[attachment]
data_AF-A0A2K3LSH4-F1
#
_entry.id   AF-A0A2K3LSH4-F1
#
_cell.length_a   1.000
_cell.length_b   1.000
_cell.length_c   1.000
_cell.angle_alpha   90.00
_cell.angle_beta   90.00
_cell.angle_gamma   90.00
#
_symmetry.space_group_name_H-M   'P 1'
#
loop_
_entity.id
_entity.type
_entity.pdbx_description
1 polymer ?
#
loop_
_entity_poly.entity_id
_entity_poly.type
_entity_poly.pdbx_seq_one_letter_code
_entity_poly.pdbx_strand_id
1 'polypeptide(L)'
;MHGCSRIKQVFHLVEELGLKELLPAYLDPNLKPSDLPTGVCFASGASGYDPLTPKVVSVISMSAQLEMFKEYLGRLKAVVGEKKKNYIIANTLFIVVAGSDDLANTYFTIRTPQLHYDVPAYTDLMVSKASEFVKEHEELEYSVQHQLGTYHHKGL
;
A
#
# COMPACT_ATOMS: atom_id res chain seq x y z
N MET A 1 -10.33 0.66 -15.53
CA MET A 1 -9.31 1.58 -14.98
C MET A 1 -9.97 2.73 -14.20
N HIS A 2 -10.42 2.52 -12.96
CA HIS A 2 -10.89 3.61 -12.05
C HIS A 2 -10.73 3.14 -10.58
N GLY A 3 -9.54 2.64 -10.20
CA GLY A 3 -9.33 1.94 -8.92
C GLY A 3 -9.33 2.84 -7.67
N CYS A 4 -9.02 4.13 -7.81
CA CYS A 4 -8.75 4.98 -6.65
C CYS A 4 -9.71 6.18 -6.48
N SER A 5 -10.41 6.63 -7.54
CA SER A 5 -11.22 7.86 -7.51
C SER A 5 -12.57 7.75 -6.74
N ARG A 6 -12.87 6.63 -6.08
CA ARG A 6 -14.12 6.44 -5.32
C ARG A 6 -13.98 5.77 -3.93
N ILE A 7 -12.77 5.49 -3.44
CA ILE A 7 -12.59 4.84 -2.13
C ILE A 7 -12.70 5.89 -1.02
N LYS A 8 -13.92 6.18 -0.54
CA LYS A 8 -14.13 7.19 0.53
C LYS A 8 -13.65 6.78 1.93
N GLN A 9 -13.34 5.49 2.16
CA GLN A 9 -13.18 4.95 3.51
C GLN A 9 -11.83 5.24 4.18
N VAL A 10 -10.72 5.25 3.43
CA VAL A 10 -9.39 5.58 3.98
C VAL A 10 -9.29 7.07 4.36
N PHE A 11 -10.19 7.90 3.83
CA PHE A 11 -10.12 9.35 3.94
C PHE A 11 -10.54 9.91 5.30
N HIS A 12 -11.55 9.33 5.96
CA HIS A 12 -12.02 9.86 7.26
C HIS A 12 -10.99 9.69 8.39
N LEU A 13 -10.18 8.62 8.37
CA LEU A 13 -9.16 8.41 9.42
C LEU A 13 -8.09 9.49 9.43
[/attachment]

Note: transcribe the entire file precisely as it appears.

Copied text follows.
data_AF-A0A2K3LSH4-F1
#
_entry.id   AF-A0A2K3LSH4-F1
#
_cell.length_a   1.000
_cell.length_b   1.000
_cell.length_c   1.000
_cell.angle_alpha   90.00
_cell.angle_beta   90.00
_cell.angle_gamma   90.00
#
_symmetry.space_group_name_H-M   'P 1'
#
loop_
_entity.id
_entity.type
_entity.pdbx_description
1 polymer ?
#
loop_
_entity_poly.entity_id
_entity_poly.type
_entity_poly.pdbx_seq_one_letter_code
_entity_poly.pdbx_strand_id
1 'polypeptide(L)'
;MHGCSRIKQVFHLVEELGLKELLPAYLDPNLKPSDLPTGVCFASGASGYDPLTPKVVSVISMSAQLEMFKEYLGRLKAVVGEKKKNYIIANTLFIVVAGSDDLANTYFTIRTPQLHYDVPAYTDLMVSKASEFVKEHEELEYSVQHQLGTYHHKGL
;
A
#
# COMPACT_ATOMS: atom_id res chain seq x y z
N MET A 1 -10.33 0.66 -15.53
CA MET A 1 -9.31 1.58 -14.98
C MET A 1 -9.97 2.73 -14.20
N HIS A 2 -10.42 2.52 -12.96
CA HIS A 2 -10.89 3.61 -12.05
C HIS A 2 -10.73 3.14 -10.58
N GLY A 3 -9.54 2.64 -10.20
CA GLY A 3 -9.33 1.94 -8.92
C GLY A 3 -9.33 2.84 -7.67
N CYS A 4 -9.02 4.13 -7.81
CA CYS A 4 -8.75 4.98 -6.65
C CYS A 4 -9.71 6.18 -6.48
N SER A 5 -10.41 6.63 -7.54
CA SER A 5 -11.22 7.86 -7.51
C SER A 5 -12.57 7.75 -6.74
N ARG A 6 -12.87 6.63 -6.08
CA ARG A 6 -14.12 6.44 -5.32
C ARG A 6 -13.98 5.77 -3.93
N ILE A 7 -12.77 5.49 -3.44
CA ILE A 7 -12.59 4.84 -2.13
C ILE A 7 -12.70 5.89 -1.02
N LYS A 8 -13.92 6.18 -0.54
CA LYS A 8 -14.13 7.19 0.53
C LYS A 8 -13.65 6.78 1.93
N GLN A 9 -13.34 5.49 2.16
CA GLN A 9 -13.18 4.95 3.51
C GLN A 9 -11.83 5.24 4.18
N VAL A 10 -10.72 5.25 3.43
CA VAL A 10 -9.39 5.58 3.98
C VAL A 10 -9.29 7.07 4.36
N PHE A 11 -10.19 7.90 3.83
CA PHE A 11 -10.12 9.35 3.94
C PHE A 11 -10.54 9.91 5.30
N HIS A 12 -11.55 9.33 5.96
CA HIS A 12 -12.02 9.86 7.26
C HIS A 12 -10.99 9.69 8.39
N LEU A 13 -10.18 8.62 8.37
CA LEU A 13 -9.16 8.41 9.42
C LEU A 13 -8.09 9.49 9.43